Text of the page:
As the United States of America does not currently have a national standards framework, an analysis of learning programs was conducted. Comparable traffic management competence is addressed as a professional stream following the law enforcement officer qualification. It is assigned approximately 35 credits in total. This South African qualification addresses competence for both aspects within one qualification. Competencies that form part of learning in the USA include collision investigation (both at scene and technical), collision reconstruction, radar operation, road blocking, data capturing, driver training, driver competence testing, speed measuring, and media relations.

    In Europe in general, basic police training provides the entry point for specialisation in traffic policing. Duration of basic police training varies from four months to four years. Most countries require the equivalent of the South African NQF Level 4 Further Education and Training Certificate for entry, except in Germany, Austria, the Netherlands, Switzerland, Finland and the Czech Republic. For the most part, law, general legal and administrative, psychology, crime prevention, youth issues, drug-related issues, computer literacy, statistics, crime scene investigation, patrolling, stopping vehicles, crime-related information gathering, witness interviewing, intervening in public disorders and the history of law enforcement knowledge are included in programs. In terms of skills, most programs include evidence handling, traffic regulation, self-defence, swimming, using a firearm, report writing, first aid, communication, computer skills, public relations, crowd control, gathering information, using tools, general equipment (batons, handcuffs, etc.) and technical equipment, using standard operating procedures, documenting, team/group work, decision-making, administration, languages, and physical training. Specialised police training (the equivalent of South African NQF Level 5 outcomes) in specific areas of police work, ranging from one day to four weeks, includes traffic-related learning such as law issues in traffic (Germany), traffic accident investigation (Hungary, the Netherlands), and driving skills (the Netherlands), specialised driving (Hungary) and general traffic management (Belgium, Turkey, Greece, Poland, Slovak Republic, Croatia).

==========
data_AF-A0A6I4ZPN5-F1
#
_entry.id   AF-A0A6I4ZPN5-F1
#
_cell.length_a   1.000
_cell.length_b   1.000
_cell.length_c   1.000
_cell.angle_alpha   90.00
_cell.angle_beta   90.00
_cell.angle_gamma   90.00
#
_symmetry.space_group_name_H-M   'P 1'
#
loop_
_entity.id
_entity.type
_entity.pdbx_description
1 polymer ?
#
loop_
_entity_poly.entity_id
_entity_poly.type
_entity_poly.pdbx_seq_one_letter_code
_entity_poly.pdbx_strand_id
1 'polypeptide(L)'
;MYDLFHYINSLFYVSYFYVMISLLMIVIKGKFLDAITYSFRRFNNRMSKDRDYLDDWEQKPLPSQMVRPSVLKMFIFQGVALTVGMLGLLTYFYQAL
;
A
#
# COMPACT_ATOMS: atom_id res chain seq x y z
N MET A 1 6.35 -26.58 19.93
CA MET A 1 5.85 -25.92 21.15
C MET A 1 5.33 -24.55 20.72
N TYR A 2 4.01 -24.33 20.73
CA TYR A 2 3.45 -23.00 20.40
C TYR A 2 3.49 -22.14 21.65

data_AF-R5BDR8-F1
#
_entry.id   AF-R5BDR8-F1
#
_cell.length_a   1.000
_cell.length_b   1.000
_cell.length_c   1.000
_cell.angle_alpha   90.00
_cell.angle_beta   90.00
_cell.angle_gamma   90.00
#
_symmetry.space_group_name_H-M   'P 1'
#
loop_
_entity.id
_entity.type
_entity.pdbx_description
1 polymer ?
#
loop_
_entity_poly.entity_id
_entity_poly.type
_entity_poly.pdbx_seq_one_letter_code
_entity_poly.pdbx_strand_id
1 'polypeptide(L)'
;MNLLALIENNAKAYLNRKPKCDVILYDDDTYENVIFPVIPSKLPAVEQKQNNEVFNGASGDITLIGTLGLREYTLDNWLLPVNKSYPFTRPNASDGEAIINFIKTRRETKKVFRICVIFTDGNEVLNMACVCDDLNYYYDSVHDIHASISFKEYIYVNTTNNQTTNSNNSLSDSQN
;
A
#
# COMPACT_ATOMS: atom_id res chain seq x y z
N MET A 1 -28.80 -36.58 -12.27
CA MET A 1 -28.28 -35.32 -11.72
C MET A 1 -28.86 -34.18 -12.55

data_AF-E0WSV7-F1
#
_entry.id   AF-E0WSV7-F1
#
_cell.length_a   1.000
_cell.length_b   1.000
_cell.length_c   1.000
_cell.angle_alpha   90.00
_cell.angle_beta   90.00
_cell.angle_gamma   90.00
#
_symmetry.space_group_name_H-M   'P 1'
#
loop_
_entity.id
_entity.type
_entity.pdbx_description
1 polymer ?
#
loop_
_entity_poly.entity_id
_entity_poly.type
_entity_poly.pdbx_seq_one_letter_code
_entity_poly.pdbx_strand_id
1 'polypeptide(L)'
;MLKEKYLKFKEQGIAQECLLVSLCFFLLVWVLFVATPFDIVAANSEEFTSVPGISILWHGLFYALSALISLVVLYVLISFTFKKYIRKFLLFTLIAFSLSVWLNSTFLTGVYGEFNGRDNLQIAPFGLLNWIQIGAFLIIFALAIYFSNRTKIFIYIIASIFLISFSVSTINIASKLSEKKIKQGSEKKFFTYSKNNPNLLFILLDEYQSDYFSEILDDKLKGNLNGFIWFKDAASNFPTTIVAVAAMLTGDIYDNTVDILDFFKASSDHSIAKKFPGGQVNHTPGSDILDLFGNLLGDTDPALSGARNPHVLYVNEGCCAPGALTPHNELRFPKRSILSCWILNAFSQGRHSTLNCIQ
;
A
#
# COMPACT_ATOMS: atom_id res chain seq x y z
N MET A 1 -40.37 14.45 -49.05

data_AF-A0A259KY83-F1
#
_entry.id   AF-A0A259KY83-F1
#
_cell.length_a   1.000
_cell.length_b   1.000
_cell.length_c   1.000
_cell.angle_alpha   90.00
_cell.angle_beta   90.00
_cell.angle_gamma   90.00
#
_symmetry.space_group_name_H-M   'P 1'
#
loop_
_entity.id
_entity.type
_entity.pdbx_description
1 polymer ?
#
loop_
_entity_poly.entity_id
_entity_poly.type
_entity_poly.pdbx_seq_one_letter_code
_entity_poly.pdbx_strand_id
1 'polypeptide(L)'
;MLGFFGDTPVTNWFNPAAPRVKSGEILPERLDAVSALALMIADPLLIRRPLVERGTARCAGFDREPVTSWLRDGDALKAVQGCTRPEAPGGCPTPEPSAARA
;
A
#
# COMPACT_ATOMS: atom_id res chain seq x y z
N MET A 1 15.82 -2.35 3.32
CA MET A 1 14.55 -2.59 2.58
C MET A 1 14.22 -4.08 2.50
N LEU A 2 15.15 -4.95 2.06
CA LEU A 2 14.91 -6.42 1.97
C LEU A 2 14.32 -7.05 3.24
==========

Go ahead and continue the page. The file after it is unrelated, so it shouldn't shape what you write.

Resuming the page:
In Sweden, traffic safety science courses include outcomes that overlap with the South African qualification presented here. Total duration is 80 hours. In the United Kingdom, Traffic Management and Systems Engineering qualification exists at Level 4 (equivalent to the South African NQF Level 5). The Scottish framework contains programs at this level, including Police Road Traffic Patrols, and Police Road Traffic Patrol Operations (hazardous loads, legislation, road accidents and tachograph chart inspections). There are no South African NQF Level 4 equivalent qualifications.

    The Australian framework does not contain any traffic management standards or programs. New Zealand places traffic management within the field of law and security, as is the case here. Specifically, it forms part of policing, and only contains standards for police traffic crash investigation. Included are core driving competence, at their Level 1 (the equivalent of South African NQF Level 2), with traffic flow and traffic management techniques falling under Civil Engineering at Levels 5 and 6 respectively (the equivalent of South African NQF Level 5). 

    ARTICULATION OPTIONS 
    This qualification articulates vertically and horizontally with all NQF Level 3 and 4 qualifications by means of the fundamental component. In addition, because the qualification contains unit standards from other qualifications, vertical articulation is currently possible with the National Diploma B Tech, and Masters Degrees in Road Traffic and Municipal Police Management on level 5,6,7 and 8. Horizontal articulation is possible with the National Certificate in Policing (NQF Level 5) and the National Certificate: Use of Firearms as well as various other qualifications containing information technology, marketing (customer service and contact centre), and first aid competence outcomes. 

    MODERATION OPTIONS 
    Moderation of assessment and accreditation of providers shall be at the discretion of a relevant ETQA as long as it complies with the SAQA requirements. The ETQA is responsible for moderation of learner achievements of learners who meet the requirements of this qualification. Particular moderation and accreditation requirements are:
  • All providers offering this qualification will register with the relevant ETQA
  • Any institution offering learning that will enable the achievement of this qualification must be accredited as a provider with the relevant ETQA. Providers offering learning towards achievement of any of the unit standards that make up this qualification must also be accredited through the relevant ETQA accredited by SAQA.
  • The ETQA will oversee assessment and moderation of assessment according to their policies and guidelines for assessment and moderation, or in terms of agreements reached around assessment and moderation between the relevant ETQA and other ETQAs and in terms of the moderation guideline detailed here.